By Ray Stern
By Ray Stern
By New Times
By Amy Silverman
By Stephen Lemons
By Stephen Lemons
By Monica Alonzo
By Chris Parker
Rants and raves: I enjoyed your column on the Phoenix Suns immensely. Though I enjoyed the ride and all of the characters in '92-'93, this year's team surpasses that team in many areas ("Valley of the Suns," John Dougherty, May 5).
I think when you stay out all night, you sacrifice your durability. Late into the playoffs back then, Sir Charles Barkley, and ultimately his team, fell to his lack of durability. Remember the wrapping of his arm, let alone his most glaring problem: no defense? To listen to him rant on TNT about the current team's need for defense lessens his credibility.
It is obvious that Barkley's legacy is being challenged. Already, Amaré Stoudemire has shown more maturity in the face of strife in his third year than Charles did cumulatively in his entire career.
Win, lose or draw, I am behind this team for who they have proven to be and the way they lay it all on the court.
Robert W. Smith, via the Internet
All Bark, no bite: I'm so glad that somebody finally said it! Charles Barkley is a big, blubbery, loudmouth egotist who doesn't even root for his own previous team. It sickens me to see him (is he drunk or high on TV?) come on the TNT set and talk about the current Suns team's lack of defense and how his team would beat this one nine times out of 10 -- when his team wasn't much about defense, either.
I thought your story hit the nail on the head by pointing out how Barkley's team gave up 282 more points over the season than Steve Nash's team. Why can't Barkley, who's always saying how he lives here, get behind the local guys? But if he can't do that, why can't he at least give his ego a rest? Charles, you're old, fat and seemingly illiterate.
I don't know if this team will go as far as Barkley's, because the best team in the NBA is arguably San Antonio in the Western Conference. These Suns will have to get by the Spurs to prove they are the best. The best team in the NBA in Barkley's day was Michael Jordan's Chicago Bulls, which made it easier for the '92-'93 Suns to get to the Finals.
Anyway, I enjoyed your telling comparison of the two teams. If Barkley can read, maybe he will read John Dougherty's column and shut his fat mouth!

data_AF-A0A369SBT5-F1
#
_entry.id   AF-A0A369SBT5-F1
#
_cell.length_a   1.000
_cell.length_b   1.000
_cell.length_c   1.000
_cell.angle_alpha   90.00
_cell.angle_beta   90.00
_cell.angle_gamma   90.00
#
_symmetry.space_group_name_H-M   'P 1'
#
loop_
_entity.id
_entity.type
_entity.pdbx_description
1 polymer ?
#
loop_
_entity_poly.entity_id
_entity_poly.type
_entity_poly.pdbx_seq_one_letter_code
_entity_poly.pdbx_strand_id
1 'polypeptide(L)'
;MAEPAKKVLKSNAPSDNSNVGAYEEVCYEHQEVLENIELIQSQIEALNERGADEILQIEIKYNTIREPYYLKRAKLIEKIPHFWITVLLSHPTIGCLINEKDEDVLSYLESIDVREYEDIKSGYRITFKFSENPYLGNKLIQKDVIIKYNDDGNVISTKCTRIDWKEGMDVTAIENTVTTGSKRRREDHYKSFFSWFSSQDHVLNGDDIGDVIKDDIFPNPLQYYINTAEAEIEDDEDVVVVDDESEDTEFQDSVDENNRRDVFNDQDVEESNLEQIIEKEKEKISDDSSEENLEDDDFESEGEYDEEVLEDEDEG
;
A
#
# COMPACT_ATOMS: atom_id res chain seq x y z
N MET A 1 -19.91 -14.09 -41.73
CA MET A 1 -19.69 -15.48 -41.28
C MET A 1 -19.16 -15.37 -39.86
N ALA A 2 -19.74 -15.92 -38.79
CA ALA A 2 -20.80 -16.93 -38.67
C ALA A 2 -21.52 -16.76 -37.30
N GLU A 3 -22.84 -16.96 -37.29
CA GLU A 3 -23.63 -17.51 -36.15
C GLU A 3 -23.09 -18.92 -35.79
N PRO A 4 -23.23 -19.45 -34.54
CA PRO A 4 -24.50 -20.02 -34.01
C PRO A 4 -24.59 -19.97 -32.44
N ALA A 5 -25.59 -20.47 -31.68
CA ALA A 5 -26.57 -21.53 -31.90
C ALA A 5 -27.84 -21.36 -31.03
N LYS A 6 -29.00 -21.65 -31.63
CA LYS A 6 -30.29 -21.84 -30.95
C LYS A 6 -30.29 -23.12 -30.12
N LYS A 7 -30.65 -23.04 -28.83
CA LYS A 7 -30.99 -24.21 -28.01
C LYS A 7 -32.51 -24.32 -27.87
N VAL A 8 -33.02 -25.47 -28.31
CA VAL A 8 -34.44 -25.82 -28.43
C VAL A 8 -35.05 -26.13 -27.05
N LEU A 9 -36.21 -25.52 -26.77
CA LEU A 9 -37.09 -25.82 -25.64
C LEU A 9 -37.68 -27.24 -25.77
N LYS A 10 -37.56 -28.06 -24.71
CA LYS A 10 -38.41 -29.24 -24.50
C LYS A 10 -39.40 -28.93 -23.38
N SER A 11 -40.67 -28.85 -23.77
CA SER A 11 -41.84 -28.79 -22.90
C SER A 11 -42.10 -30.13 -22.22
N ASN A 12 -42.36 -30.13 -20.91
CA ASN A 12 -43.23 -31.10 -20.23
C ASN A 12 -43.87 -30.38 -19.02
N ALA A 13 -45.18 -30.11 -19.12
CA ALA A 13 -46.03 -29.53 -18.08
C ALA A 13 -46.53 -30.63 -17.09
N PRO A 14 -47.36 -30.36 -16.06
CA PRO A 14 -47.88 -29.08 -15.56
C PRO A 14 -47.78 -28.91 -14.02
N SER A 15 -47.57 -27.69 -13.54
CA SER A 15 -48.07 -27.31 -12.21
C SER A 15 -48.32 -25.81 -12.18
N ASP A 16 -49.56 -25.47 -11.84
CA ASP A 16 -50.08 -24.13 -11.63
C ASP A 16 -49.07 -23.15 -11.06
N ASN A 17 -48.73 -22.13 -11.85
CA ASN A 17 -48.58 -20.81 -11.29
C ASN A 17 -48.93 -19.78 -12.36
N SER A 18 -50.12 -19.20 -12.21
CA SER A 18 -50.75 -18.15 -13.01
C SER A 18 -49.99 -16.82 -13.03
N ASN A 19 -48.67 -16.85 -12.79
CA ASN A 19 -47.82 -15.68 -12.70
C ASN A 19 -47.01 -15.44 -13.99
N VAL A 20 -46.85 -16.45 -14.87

Tab Kincaid, Phoenix
SFF (Suns fans forever): As a graduate of Northern Arizona University and a longtime Suns fan, now living in Rhode Island, I couldn't agree with you more.
My son and I purchased the NBA package so that we could watch every Suns game from afar. We noticed that the fans do not seem to be as fired up about the Suns as we are, or as they were in '93.
I have already told my son, who will be turning 13 in June, that if the Suns make it to the Finals, we will do whatever it takes to be there in person at the Purple Palace to help the team and fans feel our enthusiasm.
Eric and Ian Morander, North Kingstown, Rhode Island
Heading off a disaster: Thank you for such a well-written, true-to-life article about plagiocephaly ("Head Games," Sarah Fenske, May 5). As the mother of twin boys with severe plagiocephaly, I am so glad to read this. Since my boys were about six months old, I have read every article I could find on the subject, and yours is definitely the most comprehensive; it accurately describes what the parents and children go through.
When our twins were born in July 2002, we already had a two-and-a-half-year-old son, so we thought we were somewhat experienced parents. By one month old, our twins' heads were extremely flat in the back. We started asking our pediatrician about this and were given the "it'll-round-out" line. By the time the boys were six months old, little kids were commenting about their flat heads.
I went online, and then went to the pediatrician armed with information. She still insisted that their heads would round out, but gave us a referral to craniofacial plastic surgeons at Children's Medical Center in Dallas. The doctors at the Medical Center said we needed to get the boys banded ASAP. Their problems were listed as "severe" (Nolan) and "severe +++" (Nicholas).
The boys were banded just before they turned nine months old. Nolan wore his band for four months. Nicholas required a second band and wore his two bands for a total of eight months. Both received good correction. But I am still haunted that they could have received more correction if our pediatrician had taken our early concerns seriously. I worry that more problems will arise because of their head deformities. And, yes, I also worry about other children teasing them.